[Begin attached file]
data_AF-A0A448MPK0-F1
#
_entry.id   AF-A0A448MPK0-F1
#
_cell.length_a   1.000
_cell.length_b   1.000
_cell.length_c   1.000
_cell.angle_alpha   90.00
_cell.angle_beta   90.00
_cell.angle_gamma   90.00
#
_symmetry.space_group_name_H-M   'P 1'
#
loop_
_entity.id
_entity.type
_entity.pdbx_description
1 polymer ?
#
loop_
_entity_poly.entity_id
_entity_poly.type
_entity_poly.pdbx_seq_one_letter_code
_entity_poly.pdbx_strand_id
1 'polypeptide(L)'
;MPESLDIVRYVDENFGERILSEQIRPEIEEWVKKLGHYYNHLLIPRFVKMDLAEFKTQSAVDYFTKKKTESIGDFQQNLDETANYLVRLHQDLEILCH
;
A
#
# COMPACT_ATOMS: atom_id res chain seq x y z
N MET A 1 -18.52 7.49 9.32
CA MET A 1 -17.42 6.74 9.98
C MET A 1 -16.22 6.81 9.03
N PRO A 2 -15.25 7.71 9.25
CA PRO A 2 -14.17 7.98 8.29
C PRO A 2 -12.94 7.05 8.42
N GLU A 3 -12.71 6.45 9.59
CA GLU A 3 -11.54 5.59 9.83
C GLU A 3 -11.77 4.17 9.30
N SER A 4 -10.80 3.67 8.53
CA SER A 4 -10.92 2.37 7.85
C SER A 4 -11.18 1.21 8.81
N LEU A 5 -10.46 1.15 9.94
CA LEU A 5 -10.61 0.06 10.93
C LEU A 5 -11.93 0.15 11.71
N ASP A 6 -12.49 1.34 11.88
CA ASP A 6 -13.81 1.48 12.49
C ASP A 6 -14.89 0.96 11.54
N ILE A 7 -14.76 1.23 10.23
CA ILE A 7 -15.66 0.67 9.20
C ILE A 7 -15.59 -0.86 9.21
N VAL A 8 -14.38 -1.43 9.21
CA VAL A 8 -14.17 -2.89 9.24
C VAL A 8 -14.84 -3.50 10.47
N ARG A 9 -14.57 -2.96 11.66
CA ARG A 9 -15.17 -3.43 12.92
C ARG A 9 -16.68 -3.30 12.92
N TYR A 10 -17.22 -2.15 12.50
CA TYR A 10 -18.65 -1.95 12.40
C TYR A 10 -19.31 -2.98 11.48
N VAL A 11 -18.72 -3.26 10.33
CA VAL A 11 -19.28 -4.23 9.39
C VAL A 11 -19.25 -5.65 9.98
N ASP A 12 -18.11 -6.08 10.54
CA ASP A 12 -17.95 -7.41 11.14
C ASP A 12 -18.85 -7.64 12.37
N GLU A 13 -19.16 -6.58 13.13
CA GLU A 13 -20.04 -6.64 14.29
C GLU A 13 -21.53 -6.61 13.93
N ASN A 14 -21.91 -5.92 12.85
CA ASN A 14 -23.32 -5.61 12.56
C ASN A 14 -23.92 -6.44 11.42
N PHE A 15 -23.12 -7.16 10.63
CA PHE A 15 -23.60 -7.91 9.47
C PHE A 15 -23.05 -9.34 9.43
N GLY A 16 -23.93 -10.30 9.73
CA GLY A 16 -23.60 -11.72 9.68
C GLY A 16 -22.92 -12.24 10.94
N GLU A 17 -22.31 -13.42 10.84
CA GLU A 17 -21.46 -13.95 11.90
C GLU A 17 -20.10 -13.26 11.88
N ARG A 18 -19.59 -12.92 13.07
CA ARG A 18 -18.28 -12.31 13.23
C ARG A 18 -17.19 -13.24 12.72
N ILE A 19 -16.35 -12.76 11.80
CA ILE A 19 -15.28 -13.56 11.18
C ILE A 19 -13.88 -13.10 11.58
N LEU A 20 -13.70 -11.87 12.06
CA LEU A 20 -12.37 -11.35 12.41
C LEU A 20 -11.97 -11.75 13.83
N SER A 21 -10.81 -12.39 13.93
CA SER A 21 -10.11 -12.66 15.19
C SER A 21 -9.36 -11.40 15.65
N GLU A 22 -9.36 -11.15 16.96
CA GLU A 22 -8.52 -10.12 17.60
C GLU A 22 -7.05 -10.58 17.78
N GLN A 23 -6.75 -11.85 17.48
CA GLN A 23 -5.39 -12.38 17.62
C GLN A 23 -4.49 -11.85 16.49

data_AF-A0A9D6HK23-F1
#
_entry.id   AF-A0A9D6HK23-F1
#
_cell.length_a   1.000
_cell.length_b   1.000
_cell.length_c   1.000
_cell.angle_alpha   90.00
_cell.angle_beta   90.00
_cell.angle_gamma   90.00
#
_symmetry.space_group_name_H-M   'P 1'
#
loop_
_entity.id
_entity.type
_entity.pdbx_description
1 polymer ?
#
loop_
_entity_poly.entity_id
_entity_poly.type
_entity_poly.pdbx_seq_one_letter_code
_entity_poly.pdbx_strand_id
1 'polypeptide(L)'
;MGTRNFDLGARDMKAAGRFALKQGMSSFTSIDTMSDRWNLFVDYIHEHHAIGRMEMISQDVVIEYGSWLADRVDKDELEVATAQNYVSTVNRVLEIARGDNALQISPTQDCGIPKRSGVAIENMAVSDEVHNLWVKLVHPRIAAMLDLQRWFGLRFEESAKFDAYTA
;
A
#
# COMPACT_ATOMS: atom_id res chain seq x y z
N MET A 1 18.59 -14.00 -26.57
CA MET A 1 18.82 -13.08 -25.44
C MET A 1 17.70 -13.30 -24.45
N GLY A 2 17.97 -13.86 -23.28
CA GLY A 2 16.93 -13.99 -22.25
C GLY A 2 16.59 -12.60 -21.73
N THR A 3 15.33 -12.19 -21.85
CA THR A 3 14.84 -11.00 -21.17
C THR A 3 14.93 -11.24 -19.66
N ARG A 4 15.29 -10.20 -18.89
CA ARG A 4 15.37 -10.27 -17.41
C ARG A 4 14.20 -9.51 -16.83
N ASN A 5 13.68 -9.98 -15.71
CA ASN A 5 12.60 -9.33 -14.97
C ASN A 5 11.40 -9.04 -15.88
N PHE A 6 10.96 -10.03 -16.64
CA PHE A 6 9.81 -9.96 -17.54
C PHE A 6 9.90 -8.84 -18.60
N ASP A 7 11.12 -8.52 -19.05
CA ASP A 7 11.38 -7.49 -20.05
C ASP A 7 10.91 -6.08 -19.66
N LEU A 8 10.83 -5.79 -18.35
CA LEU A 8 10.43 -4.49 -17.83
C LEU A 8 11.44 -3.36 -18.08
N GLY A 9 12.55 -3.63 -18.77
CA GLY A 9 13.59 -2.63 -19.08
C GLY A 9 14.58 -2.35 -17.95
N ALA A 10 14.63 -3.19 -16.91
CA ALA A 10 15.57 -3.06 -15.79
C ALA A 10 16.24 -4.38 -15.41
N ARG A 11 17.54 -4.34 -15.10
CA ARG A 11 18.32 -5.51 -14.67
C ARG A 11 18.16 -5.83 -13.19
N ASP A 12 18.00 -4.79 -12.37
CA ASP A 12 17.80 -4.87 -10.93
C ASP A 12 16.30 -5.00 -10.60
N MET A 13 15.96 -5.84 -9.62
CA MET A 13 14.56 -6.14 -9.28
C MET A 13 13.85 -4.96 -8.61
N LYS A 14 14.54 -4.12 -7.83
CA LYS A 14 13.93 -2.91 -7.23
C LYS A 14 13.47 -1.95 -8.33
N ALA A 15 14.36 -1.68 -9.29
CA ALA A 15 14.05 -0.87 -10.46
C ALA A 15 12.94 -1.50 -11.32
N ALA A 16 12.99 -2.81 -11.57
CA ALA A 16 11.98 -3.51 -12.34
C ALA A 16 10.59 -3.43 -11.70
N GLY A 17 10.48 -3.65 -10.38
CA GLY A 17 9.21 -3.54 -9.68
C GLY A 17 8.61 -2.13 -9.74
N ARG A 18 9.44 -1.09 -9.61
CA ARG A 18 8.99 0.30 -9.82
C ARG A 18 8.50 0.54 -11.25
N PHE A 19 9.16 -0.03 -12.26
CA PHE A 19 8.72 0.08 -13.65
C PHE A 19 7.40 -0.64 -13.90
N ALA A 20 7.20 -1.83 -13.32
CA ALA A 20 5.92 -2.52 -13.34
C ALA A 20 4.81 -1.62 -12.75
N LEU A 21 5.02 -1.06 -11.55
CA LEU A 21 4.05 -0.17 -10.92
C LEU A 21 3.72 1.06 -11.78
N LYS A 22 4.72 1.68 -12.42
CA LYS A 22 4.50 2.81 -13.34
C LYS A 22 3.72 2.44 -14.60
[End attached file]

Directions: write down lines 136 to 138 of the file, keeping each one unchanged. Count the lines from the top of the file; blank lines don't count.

N THR A 3 15.33 -12.19 -21.85
CA THR A 3 14.84 -11.00 -21.17
C THR A 3 14.93 -11.24 -19.66